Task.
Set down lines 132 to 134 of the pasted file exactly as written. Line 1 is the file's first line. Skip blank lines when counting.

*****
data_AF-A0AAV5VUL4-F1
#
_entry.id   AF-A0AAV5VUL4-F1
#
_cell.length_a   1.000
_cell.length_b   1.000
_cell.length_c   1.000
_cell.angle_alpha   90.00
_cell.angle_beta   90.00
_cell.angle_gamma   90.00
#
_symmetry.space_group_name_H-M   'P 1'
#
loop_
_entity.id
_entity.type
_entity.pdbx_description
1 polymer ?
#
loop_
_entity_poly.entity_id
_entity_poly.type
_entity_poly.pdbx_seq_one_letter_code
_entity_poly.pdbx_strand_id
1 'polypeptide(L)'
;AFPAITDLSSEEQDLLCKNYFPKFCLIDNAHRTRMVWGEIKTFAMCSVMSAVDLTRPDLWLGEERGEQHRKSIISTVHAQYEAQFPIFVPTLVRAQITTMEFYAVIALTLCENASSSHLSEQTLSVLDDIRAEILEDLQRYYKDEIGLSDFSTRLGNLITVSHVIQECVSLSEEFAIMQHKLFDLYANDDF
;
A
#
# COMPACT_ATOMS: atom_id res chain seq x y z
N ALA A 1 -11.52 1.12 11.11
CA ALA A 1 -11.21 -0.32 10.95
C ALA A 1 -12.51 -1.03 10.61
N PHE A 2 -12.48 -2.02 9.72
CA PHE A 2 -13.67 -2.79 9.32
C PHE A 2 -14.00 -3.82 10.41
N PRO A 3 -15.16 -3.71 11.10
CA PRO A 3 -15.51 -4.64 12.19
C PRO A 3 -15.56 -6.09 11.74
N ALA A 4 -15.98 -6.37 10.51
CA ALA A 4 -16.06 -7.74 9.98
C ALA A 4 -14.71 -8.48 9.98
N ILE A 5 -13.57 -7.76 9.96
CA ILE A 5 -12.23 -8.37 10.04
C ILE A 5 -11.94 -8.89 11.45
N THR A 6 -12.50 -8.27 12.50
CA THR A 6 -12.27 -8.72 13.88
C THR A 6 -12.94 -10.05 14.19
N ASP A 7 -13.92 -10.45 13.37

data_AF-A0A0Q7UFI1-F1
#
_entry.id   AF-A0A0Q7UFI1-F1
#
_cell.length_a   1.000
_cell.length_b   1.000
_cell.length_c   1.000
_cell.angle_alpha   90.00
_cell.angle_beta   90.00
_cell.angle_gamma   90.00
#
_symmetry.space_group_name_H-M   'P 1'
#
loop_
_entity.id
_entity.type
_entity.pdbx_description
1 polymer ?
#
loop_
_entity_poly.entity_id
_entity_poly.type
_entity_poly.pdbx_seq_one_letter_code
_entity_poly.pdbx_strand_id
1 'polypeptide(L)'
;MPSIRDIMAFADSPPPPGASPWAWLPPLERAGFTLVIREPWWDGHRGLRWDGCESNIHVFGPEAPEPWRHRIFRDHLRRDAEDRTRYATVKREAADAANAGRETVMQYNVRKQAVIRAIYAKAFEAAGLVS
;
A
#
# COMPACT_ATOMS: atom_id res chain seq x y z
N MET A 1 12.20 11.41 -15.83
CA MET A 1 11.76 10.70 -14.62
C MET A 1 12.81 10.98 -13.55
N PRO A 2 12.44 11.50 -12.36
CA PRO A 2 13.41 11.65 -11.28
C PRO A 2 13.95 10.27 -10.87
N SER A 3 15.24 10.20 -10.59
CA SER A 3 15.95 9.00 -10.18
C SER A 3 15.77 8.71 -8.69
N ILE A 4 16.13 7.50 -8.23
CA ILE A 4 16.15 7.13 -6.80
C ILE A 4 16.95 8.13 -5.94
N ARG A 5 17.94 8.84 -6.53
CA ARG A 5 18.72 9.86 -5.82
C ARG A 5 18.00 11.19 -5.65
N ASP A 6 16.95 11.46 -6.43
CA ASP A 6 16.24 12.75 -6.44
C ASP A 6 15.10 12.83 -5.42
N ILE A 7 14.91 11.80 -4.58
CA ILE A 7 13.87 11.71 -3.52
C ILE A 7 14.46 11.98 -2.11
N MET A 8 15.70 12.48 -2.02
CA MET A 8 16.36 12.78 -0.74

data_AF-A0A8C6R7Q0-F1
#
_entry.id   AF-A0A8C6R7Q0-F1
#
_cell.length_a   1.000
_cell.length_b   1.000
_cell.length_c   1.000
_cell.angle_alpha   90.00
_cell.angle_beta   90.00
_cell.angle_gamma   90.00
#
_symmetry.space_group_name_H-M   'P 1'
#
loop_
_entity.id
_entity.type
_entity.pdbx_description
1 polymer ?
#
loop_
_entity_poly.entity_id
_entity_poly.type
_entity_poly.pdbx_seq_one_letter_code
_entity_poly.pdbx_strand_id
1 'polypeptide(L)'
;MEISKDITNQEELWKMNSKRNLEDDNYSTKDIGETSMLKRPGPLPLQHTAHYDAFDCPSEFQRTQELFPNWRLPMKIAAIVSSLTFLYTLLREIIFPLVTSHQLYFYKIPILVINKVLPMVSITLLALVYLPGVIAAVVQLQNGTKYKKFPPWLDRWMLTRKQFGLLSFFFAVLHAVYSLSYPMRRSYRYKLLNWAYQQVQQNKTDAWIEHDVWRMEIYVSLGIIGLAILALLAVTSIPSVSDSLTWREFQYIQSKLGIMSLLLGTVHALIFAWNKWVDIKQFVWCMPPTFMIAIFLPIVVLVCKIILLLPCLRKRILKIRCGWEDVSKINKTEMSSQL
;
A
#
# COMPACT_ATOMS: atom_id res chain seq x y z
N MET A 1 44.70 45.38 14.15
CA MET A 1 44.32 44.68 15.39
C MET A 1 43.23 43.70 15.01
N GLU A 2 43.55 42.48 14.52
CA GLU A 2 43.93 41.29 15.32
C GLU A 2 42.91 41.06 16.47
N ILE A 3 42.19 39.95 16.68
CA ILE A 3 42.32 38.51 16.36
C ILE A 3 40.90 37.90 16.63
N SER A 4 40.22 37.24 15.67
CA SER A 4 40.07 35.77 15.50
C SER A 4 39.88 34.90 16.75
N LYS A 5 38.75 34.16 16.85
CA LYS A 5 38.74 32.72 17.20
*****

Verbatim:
# COMPACT_ATOMS: atom_id res chain seq x y z
N MET A 1 44.70 45.38 14.15
CA MET A 1 44.32 44.68 15.39